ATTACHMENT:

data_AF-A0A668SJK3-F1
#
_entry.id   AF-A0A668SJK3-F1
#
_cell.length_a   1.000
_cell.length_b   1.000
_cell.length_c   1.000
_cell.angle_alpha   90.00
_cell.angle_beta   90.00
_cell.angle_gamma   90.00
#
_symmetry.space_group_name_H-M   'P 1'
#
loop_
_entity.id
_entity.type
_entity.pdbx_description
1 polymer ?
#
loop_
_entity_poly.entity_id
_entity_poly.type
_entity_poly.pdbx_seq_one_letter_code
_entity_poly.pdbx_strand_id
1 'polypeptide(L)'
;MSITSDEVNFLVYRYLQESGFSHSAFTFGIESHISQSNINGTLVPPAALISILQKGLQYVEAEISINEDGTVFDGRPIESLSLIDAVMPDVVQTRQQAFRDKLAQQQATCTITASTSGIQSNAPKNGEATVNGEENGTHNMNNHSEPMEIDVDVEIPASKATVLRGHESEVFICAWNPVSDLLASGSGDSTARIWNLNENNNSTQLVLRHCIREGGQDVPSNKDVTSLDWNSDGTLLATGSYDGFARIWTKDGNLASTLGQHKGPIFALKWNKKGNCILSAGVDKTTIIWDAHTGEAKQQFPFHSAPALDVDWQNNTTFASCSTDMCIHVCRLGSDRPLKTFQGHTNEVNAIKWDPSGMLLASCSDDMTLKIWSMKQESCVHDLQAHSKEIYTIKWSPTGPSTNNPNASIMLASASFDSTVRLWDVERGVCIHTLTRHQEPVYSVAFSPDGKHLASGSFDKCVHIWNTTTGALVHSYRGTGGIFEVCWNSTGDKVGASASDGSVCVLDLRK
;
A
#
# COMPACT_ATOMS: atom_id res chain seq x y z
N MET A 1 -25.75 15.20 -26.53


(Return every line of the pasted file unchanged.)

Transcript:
data_AF-A0A668SJK3-F1
#
_entry.id   AF-A0A668SJK3-F1
#
_cell.length_a   1.000
_cell.length_b   1.000
_cell.length_c   1.000
_cell.angle_alpha   90.00
_cell.angle_beta   90.00
_cell.angle_gamma   90.00
#
_symmetry.space_group_name_H-M   'P 1'
#
loop_
_entity.id
_entity.type
_entity.pdbx_description
1 polymer ?
#
loop_
_entity_poly.entity_id
_entity_poly.type
_entity_poly.pdbx_seq_one_letter_code
_entity_poly.pdbx_strand_id
1 'polypeptide(L)'
;MSITSDEVNFLVYRYLQESGFSHSAFTFGIESHISQSNINGTLVPPAALISILQKGLQYVEAEISINEDGTVFDGRPIESLSLIDAVMPDVVQTRQQAFRDKLAQQQATCTITASTSGIQSNAPKNGEATVNGEENGTHNMNNHSEPMEIDVDVEIPASKATVLRGHESEVFICAWNPVSDLLASGSGDSTARIWNLNENNNSTQLVLRHCIREGGQDVPSNKDVTSLDWNSDGTLLATGSYDGFARIWTKDGNLASTLGQHKGPIFALKWNKKGNCILSAGVDKTTIIWDAHTGEAKQQFPFHSAPALDVDWQNNTTFASCSTDMCIHVCRLGSDRPLKTFQGHTNEVNAIKWDPSGMLLASCSDDMTLKIWSMKQESCVHDLQAHSKEIYTIKWSPTGPSTNNPNASIMLASASFDSTVRLWDVERGVCIHTLTRHQEPVYSVAFSPDGKHLASGSFDKCVHIWNTTTGALVHSYRGTGGIFEVCWNSTGDKVGASASDGSVCVLDLRK
;
A
#
# COMPACT_ATOMS: atom_id res chain seq x y z
N MET A 1 -25.75 15.20 -26.53